Ban On Hot Tubs, Spas In Historic Districts Approved  - By One Vote

Jason Graziadei •

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It came down to just a single vote. Town Meeting attendees on Tuesday decided the fate of a proposed ban of hot tubs and spas in the historic districts of downtown Nantucket and Sconset. And after the votes were counted, Town Meeting moderator Sarah Alger announced the shocking results: the prohibition on hot tubs and spas had passed by just one vote.

The final tally showed 376 island residents had voted in favor of the ban, with 186 opposed. The two-thirds majority necessary to pass the zoning bylaw amendment was 375 votes. Audible gasps and some applause filled the Nantucket High School auditorium.

Swimming pools over a certain size are already banned in the island’s historic districts - specifically those with water more than 24 inches in depth, exceeding 150 square feet of water surface area, or exceeding 1,000 gallons - a prohibition that was enacted back in 2011. But Article 54 sponsor Anne Dewez said homeowners and property developers had found loopholes in that bylaw, building larger and larger hot tubs, spas, and plunge pools. Those so-called “water features” go against the spirit of the ban on pools, and degrade the quality of life for neighbors of those properties, Dewez and others argued on Tuesday.

“I have deep anxiety about what is happening to our old historic districts,” Dewez said. “Developers and others have exploited loopholes in the zoning bylaw by building larger spas, hot tubs and plunge pools...Let’s ban these 21st century novelties in our old historic districts.”

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Other island residents joined Dewez in calling for the ban, including nurse practitioner Meredith Lepore, who said she grew up in the town historic district.

“Hot tubs and spas are out of place in the old historic district in town and Sconset,” Lepore said. “Hot tubs and spas are attractive nuisances and do not belong in the historic districts...What we object to is the partying into the early morning and and the lights and noise pollution that come with hot tubs and spas.”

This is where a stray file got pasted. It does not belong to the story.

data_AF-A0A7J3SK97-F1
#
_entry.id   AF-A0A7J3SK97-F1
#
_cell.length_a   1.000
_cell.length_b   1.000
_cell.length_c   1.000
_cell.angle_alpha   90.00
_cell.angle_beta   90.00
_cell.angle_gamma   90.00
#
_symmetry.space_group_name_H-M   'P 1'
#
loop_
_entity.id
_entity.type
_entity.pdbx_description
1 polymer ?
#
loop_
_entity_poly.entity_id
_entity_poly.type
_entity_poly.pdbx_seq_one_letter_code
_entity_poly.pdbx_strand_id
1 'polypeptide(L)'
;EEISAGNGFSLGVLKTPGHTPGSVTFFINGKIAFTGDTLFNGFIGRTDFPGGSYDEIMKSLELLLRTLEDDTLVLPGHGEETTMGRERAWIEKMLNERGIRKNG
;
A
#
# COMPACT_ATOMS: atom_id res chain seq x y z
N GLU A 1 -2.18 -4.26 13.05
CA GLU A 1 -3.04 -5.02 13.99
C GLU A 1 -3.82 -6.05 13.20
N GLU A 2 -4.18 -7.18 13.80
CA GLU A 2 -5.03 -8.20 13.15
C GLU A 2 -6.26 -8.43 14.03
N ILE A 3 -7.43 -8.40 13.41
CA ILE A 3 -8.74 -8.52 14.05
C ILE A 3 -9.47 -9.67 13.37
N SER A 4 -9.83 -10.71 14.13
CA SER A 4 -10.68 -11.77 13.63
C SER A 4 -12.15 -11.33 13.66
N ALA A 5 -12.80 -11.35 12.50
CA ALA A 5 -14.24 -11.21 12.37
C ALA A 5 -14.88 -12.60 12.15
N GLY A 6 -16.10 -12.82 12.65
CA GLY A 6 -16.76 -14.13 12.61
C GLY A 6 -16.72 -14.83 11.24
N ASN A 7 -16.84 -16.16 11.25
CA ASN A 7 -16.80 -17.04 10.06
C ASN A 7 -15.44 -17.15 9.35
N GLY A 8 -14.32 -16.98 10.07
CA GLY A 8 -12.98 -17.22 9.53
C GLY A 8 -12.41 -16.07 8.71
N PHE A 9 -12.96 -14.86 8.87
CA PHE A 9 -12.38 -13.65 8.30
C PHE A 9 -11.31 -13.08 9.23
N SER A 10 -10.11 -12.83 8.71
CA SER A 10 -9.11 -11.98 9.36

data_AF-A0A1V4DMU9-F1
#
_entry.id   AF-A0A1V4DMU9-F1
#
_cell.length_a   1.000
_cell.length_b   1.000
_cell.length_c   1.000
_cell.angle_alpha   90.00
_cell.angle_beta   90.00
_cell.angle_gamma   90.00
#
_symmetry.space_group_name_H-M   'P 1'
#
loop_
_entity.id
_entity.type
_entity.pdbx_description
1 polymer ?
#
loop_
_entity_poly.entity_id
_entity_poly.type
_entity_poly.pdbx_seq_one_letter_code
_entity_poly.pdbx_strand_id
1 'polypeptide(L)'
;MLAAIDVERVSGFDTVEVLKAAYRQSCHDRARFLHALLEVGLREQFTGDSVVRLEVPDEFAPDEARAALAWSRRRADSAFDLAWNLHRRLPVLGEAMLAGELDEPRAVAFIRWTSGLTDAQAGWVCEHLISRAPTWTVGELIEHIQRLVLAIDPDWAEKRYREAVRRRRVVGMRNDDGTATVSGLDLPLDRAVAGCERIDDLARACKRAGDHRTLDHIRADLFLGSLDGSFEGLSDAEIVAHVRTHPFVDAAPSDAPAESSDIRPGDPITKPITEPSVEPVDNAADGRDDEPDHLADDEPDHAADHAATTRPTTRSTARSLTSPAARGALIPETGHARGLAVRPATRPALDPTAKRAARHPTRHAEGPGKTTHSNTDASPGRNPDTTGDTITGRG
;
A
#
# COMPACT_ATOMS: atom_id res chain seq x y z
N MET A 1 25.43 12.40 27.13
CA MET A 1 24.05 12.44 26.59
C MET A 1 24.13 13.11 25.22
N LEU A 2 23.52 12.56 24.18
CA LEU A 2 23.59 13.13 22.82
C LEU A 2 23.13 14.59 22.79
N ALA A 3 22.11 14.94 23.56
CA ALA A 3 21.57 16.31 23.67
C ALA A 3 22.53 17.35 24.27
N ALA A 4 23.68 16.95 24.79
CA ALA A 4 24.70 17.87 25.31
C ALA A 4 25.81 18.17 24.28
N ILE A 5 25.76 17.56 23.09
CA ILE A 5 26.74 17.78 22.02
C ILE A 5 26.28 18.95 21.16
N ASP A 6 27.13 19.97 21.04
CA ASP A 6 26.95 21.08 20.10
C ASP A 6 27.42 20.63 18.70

Under the town’s current zoning bylaw, hot tubs and spas are defined as structures “containing water more than 24 inches in depth and less than 150 square feet of water surface area."

Dewez also referenced the recent survey that was circulated around the island relating to spas in the old historic districts. The survey, which received 453 responses from resident and non-resident Nantucket property owners, found that a strong majority were in favor of banning hot tubs and spas in the historic zones of town and Sconset. Seventy percent of respondents preferred no hot tubs or spas.

Regardless of the results of the survey, both the Planning Board and the Finance Committee had advised voters to turn down Dewez’s proposed ban, citing the need for more public input.

“Welcome to Ban-Tucket,” Planning Board member Nat Lowell said, holding up a towel that spelled “Love” to lighten the mood and show Town Meeting voters the relative size of the hot tubs and spas going into properties. Lowell emphasized that the issue was less about pools and hot tubs than it was about changing lifestyles in which more people enjoy outdoor living featuring sports, music via Bluetooth speakers, and other recreation.

“This is more about outdoor living than it is about a pool or spa,” Lowell said. “Be careful what you wish for.”

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